María “Concha” Concepción Ortiz y Pino de Kleven
County : Torrance
Category : Government/Legal
María Concepción Ortiz y Pino de Kleven, or “Concha” as she was called, was a legend in her day. She grew up on the family ranch in Galisteo, received a good education beginning with the Sisters of Loretto, became involved with politics and was elected legislative majority whip in the state legislature, knew and served many Presidents, and taught and managed the family properties.
She had a stately air about her that at once conveyed her pride in who she was, her intelligence, and her self-confidence. Her demeanor also signaled a constant curiosity in the people she met. Her lasting legacy will be in her constant promotion by word, deed, and example of who she was, which was a member of a multi-generational New Mexican Hispanic family. She was a person who knew who her ancestors were and would, at some point, travel to Cádiz, Spain to witness the placement of a marker that included the name of her great-grandfather who represented New Mexico in Spain in 1812.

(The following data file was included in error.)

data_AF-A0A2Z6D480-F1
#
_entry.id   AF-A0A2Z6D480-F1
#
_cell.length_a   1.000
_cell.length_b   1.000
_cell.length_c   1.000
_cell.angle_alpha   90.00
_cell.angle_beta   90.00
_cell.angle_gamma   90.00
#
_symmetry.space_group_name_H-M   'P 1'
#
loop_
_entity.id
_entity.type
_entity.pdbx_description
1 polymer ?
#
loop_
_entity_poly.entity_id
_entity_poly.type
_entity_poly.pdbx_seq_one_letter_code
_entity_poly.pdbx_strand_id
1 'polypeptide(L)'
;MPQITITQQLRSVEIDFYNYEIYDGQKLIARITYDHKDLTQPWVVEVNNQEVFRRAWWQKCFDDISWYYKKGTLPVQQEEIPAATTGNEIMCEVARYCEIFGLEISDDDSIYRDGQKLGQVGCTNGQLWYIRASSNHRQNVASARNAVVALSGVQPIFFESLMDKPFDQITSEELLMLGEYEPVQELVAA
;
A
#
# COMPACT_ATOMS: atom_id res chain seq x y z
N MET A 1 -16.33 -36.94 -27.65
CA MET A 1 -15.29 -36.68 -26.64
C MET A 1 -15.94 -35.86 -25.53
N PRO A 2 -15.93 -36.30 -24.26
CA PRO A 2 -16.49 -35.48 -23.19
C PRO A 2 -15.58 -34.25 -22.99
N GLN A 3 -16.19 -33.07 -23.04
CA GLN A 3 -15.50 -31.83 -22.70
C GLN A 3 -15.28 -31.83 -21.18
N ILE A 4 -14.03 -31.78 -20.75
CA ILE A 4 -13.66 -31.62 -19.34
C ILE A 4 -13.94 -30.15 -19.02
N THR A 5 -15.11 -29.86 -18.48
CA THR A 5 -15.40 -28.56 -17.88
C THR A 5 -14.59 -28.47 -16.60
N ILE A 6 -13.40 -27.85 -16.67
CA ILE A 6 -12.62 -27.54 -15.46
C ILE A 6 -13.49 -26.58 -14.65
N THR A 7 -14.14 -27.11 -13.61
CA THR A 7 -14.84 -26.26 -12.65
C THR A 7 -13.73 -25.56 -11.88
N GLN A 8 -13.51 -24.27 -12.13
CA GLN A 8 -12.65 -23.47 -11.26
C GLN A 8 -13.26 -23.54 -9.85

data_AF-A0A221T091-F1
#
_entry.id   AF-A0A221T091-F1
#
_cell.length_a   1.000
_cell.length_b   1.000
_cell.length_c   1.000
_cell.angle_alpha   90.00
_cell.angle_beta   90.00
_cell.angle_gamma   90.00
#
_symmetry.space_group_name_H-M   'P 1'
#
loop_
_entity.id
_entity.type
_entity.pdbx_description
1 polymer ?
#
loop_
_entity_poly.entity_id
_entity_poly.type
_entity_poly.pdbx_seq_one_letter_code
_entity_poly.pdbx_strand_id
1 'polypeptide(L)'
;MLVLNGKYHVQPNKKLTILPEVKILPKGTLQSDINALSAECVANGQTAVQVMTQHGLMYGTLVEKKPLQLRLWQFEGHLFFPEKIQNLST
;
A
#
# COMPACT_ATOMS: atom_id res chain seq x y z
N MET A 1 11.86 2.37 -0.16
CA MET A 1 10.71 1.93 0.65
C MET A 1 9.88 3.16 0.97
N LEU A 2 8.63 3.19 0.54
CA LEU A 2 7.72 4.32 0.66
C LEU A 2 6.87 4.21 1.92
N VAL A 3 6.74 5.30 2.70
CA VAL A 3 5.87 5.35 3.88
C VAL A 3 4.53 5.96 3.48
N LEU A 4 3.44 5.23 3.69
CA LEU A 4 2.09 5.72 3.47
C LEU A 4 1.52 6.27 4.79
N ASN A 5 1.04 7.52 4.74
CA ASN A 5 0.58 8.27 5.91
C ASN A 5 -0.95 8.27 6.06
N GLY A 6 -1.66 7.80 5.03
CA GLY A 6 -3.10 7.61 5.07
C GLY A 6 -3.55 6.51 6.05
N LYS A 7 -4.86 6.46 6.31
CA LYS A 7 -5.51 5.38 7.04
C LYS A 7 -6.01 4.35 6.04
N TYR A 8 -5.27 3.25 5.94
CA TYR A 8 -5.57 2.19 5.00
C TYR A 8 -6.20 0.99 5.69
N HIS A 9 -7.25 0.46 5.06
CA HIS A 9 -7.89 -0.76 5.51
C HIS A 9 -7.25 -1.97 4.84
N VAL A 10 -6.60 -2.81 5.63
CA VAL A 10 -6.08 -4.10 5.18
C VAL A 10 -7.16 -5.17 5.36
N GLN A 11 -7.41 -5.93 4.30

Concha worked on many boards, including commissions for Presidents Kennedy, Johnson, and Ford. She constantly supported and promoted Hispanic arts and humanities in New Mexico and worked behind the scenes to help advance Hispanic New Mexicans. These people ranged from writers to politicians to museum directors to professors. She encouraged youth to maintain their ambitions and, in fact, loved to learn from them about their
families. More times than not, she could recall tales involving their parents or grandparents.
Concha was a person who touched many lives, both directly and indirectly.
Kathryn M. Cordova, Concha! Concha Ortiz y Pino: Matriarch of a 300 Year-Old New Mexico Legacy,
(Santa Fe; La Herencia, 2004)
Georgia K. Ulibarri-Ortiz, “Cinco Hispanas notables del Suroeste, (MA Thesis, New Mexico Highlands Universtiy, 2005).
Concha Ortiz y Pino de Kleven Papers, 1930-1991. The Center for Southwest Research, Zimmerman Library, UNM.